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it is known that the Quality Factor appears in the formulas for transformation of an impedance series bipole to a parallel one. A simple example is this one:

enter image description here

Now I have three questions:

1) I have always been told that the quality factor is the reciprocal of the fractional bandwidth (calculated by using as reference an attenuation of 3dB with respect to the peak of the impedance/admittance of the circuit considered). Is this relation true for any circuit with (at least) one reactive element and a resistance? Or is it necessary to prove it for each circuit?


Now, let's consider a L network, for instance this one (ignore the values of Cp and Ls):

enter image description here

It may be used, as in this case, if we have a certain resistance RL and we want that an external device sees a value R. Therefore:

2) We insert a parallel capacitance and then a series inductance. The second one is used to balance the reactive part introduced by the capacitance. Precisely, its admittance has to cancel that of the capacitance. In this way the total impedance seen by the external device would be totally resistive and equal to:

Rp = RL (1 + Q^2).

So we may impose that Rp = R (known); we know RL. Therefore Q^2 is determined.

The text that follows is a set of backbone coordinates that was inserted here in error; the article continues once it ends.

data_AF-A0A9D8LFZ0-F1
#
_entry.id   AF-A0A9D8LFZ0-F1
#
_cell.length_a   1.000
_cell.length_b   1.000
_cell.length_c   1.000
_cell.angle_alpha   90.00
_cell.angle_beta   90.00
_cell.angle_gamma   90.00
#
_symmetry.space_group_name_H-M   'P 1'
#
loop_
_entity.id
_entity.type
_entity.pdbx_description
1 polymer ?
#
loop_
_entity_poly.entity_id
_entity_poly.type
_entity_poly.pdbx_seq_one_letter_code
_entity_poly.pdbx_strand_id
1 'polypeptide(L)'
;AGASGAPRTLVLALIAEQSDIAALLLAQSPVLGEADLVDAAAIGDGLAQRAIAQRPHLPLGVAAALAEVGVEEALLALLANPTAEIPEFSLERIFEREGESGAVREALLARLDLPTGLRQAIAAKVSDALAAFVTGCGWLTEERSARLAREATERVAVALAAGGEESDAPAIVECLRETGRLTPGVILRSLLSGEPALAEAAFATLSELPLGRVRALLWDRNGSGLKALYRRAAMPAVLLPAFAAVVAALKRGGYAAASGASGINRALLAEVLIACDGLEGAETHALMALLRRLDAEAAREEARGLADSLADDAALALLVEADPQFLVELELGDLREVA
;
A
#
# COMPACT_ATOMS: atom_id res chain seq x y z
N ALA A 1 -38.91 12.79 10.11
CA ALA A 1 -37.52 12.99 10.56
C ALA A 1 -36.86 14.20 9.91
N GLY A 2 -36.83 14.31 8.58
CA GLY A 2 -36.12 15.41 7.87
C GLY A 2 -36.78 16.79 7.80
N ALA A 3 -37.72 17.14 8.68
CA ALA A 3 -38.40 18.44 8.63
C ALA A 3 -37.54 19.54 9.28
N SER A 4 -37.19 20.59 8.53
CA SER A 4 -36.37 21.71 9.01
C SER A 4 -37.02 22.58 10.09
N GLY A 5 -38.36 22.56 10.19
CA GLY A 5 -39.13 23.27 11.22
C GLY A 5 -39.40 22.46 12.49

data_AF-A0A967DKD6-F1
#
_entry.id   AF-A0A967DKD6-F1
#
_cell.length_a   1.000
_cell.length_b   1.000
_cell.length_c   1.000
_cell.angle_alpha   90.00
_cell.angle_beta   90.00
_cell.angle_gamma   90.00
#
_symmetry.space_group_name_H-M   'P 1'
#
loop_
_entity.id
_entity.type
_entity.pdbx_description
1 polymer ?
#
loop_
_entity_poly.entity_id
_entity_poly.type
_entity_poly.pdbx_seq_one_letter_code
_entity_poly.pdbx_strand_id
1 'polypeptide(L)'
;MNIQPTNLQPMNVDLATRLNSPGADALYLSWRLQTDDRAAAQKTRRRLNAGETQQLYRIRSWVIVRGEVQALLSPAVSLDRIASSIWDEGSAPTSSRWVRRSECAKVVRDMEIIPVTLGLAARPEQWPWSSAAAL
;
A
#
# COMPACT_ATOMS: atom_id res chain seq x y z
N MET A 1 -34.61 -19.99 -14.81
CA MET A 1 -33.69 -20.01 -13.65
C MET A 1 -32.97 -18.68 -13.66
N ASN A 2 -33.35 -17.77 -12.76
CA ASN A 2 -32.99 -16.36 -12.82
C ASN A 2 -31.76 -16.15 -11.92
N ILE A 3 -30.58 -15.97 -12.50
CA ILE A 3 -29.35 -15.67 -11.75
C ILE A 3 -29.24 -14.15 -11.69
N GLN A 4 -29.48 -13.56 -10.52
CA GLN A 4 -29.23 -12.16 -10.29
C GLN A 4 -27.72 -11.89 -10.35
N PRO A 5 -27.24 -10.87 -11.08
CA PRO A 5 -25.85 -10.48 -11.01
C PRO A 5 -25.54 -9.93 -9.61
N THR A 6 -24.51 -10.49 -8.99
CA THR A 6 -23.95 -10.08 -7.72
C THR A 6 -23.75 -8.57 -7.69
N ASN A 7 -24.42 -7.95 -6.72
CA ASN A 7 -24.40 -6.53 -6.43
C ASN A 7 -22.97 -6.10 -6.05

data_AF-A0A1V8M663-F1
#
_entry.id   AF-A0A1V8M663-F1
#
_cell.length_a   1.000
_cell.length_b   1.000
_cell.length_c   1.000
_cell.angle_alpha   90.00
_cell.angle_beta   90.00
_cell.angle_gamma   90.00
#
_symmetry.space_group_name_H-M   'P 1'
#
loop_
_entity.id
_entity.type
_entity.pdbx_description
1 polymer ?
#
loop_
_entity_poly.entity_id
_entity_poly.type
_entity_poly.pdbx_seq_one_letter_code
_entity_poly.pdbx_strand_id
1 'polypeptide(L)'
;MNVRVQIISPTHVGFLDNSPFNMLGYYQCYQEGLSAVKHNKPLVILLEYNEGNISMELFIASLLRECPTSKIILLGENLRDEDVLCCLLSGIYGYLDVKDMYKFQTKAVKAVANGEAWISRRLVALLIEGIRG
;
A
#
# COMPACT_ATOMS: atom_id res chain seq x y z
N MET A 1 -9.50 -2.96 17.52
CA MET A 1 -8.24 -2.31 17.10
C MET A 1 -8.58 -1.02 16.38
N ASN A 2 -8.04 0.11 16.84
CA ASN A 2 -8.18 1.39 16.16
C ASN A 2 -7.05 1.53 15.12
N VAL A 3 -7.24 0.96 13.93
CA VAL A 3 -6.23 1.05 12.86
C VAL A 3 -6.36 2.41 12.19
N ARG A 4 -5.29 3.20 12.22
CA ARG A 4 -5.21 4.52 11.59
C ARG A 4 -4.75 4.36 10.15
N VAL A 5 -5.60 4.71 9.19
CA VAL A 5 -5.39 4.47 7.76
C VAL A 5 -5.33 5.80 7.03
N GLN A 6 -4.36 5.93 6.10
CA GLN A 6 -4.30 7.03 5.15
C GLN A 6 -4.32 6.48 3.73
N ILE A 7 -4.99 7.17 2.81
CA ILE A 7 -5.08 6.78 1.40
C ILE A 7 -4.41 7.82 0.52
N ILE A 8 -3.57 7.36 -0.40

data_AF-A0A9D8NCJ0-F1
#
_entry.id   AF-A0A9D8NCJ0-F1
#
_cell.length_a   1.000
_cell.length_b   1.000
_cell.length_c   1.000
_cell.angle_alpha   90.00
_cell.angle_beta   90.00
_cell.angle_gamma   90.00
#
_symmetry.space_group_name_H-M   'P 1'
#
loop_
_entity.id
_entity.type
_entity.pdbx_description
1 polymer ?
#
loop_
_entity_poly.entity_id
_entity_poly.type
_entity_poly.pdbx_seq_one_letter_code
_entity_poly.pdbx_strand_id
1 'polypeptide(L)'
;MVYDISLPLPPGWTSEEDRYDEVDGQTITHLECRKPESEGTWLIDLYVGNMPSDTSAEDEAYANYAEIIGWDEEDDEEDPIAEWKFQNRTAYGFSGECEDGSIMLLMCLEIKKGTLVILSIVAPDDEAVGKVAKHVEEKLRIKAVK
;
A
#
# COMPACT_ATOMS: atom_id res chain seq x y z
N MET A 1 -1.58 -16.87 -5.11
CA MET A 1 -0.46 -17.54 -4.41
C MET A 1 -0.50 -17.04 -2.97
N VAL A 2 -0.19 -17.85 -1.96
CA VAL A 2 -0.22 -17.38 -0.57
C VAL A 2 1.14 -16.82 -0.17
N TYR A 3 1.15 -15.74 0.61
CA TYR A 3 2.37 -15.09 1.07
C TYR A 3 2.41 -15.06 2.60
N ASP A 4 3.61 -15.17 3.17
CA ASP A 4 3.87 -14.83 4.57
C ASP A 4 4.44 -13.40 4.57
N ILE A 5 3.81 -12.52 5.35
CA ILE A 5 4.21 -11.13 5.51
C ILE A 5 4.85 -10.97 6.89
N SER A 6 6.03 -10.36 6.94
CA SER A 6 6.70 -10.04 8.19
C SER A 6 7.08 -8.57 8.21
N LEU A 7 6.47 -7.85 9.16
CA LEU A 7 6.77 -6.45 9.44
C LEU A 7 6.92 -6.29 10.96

Have I understood it correctly?

3) The quality factor is function of frequency. Therefore, it seems to me that a certain transformation from series model to parallel one (or vice versa) is true only for a certain frequency. But we have said that Q is related to the fractional bandwidth, so it seems to me that the transformation is true for all frequencies inside that bandwith. Which is the truth?

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  • \$\begingroup\$ Q is basically impedance ratio of a single component but for 2nd order circuits it is equivalent to fc/BW(-3dB) Caps also have a Q , more important > 30MHz. The Q of each component must be >> Q of a 2nd order filter \$\endgroup\$ – Tony Stewart Sunnyskyguy EE75 Oct 11 '19 at 18:50
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1) I have always been told that the quality factor is the reciprocal of the fractional bandwidth (calculated by using as reference an attenuation of 3dB with respect to the peak of the impedance/admittance of the circuit considered).

Good for series RLC to parallel RLC, because we calculate Q @ resonance.

2) We insert a parallel capacitance and then a series inductance. The second one is used to balance the reactive part introduced by the capacitance.

These matching networks are often designed for low Q. Q > 1 is always required when an impedance-matching solution is needed. However, the frequency response is not symmetrical above and below the frequency where impedance is matched....frequency response takes on a high-pass or low-pass form. Q is ill-defined here, especially where Q is low.
But the matching point, where all reactances cancel is very well-defined.

3) The quality factor is function of frequency. Therefore, it seems to me that a certain transformation from series model to parallel one (or vice versa) is true only for a certain frequency.

At resonance the transformation using Q applies: RLC (parallel) <> RLC(series).
For the "L" network matching RLC, resonance and Q are ill-defined.

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